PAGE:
Perhaps because it’s affected less by 150 years of conservative yachting tradition, ocean racing is evolving faster than most other branches of competitive sailing. True, the America’s Cup has, for the last two cycles, been contested in reasonably modern yachts, and ultra-high-performance skiff racing is about to makes its Olympic debut in the guise of the one design 49er class. On the other hand, when it comes to media exposure and broad public interest, the high-profile global races have been running roughshod over pretty much everything that inshore sailing can offer up. Indeed, the next few years will probably bring a changing of the guard, with the America’s Cup slipping out of top spot in the pecking order of international sailing events. Its replacement will almost certainly be an around-the-world ocean race, and likely contenders for number-one spot (in terms of sponsorship dollars, media attention, and overall public following) are the nine-leg Volvo Ocean Race (formerly the Whitbread), the solo, non-stop Vendee Globe, and a new event of grandiose scope that’s known simply as The Race.
For ocean voyaging sailors, whether directly involved in racing or not, there are enormous positive spin-offs from the increasing stature of long-range ocean racing. Everything from weather routing to sail -handling gear is improving by leaps and bounds, thanks in large part to the increasingly rigorous demands of ocean racing. At the same time, a new breed of voyaging yachts with low displacement-to-length ratios, easy-to-handle rigs, and, in some cases, moveable ballast has emerged as a direct result of open class racing developments. And, over a longer time frame, there’s a good chance that catamarans will gradually take over from ballasted monohulls as the bread-and-butter choice for serious voyaging. Certainly their combination of extremely shallow draft, sailing/living comfort, and easy performance is tough to match with a conventional ballasted sailboat. Again, the design and handling of modern sailing multihulls is largely the result of lessons learned from ocean racing.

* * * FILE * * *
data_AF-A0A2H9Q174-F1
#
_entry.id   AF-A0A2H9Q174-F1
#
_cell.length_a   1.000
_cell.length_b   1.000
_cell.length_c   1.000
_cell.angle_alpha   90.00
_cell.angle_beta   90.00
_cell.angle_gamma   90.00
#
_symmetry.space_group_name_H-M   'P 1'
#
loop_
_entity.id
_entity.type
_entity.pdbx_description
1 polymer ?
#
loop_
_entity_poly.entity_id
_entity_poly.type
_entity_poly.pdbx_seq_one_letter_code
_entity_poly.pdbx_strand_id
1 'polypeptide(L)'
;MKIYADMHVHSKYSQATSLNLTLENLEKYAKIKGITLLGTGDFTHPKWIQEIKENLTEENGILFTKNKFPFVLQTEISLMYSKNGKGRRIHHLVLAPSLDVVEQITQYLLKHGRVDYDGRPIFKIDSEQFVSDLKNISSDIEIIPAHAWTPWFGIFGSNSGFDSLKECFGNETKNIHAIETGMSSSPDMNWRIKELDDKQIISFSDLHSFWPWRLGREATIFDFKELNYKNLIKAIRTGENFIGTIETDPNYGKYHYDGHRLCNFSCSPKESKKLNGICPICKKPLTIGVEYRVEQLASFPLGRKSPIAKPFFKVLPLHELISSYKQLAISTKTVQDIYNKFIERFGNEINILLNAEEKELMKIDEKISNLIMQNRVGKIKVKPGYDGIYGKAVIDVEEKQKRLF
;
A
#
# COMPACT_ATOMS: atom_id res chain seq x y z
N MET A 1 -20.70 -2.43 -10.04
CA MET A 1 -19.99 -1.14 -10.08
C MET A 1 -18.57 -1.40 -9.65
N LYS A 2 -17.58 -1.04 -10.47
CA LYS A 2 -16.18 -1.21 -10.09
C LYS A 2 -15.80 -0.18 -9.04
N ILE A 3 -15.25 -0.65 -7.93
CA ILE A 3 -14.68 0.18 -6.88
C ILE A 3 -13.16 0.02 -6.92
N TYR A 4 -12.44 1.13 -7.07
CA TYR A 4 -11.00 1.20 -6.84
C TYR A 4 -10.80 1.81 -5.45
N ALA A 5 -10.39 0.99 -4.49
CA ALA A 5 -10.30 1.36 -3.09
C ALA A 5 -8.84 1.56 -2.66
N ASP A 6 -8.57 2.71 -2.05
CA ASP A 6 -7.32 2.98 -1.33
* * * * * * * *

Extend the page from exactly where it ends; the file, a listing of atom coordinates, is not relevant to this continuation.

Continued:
Now that pro sailors and event organizers are developing a taste for mass media attention and big money sponsorship, the possibility of future “stunt sailing extravaganzas” cannot be entirely dismissed. Widespread attrition, first in the 1996-’97 Vendee Globe, and most recently in the 1998-’99 Around Alone are clear evidence that the open class monohull skippers have been sacrificing reliability and seaworthiness in their quest for greater speed.
Race organizersobviously shaken by the mayhem of the last two around-the-world solo eventshave agreed on more comprehensive safety features for the open 60s (although the handful of older boats still racing have, to date, been grandfathered in without substantive modifications). If these new safety regulations succeed in their purpose, future races should be more competitive than ever because a higher proportion of the entries can be expected to survive and finish. Rather less assured will be the safety and ultimate seaworthiness of entries for The Race, because the new generation of mostly 30- to 40-meter multihulls that’s shaping up for this event will be way out in uncharted territory when it comes to sheer size, gear loads, and, of course, raw speed in strong winds.
In the wake of Around Alone
The most recent solo circumnavigation turned out to be a race in two halves. What began as the most closely contested global solo yet abruptly collapsed into a basic survival contest when a majority of the top skippers came to grief during the latter stages of their Southern Ocean sojourn.
After the dust had settled, Italian Giovanni Soldini, age 32, sailing the Finot 60 Fila, was the first non-French sailor to win a solo round-the-world event, trimming four days off the course record set by Christophe Auguin in 1994-’95. With the exception of a routing blunder that put him five days off the pace in the first leg, Soldini’s weather strategy and vessel management was consistently brilliant. More dramatic than the win itself, however, was his rescue of fellow competitor Isabelle Autissier after her boat turned turtle during the approach to Cape Horn.
Marc Thiercelin, the only other Class I competitor to complete the course, lost his mast shortly after Autissier’s capsizea final blow to the competitive racing in Class I. Thanks to outstanding seamanship, he made it to the Falklands where a undersized temporary mast was fitted, enabling him to finish leg 3. However, saddled by 13 days’ lost time and bedeviled by a firestorm of controversy concerning his failure to communicate directly with race headquarters during the Autissier rescue, Thiercelin’s second place in Around Alonethe same position he’d achieved in the last Vendeewas clearly a bitter disappointment.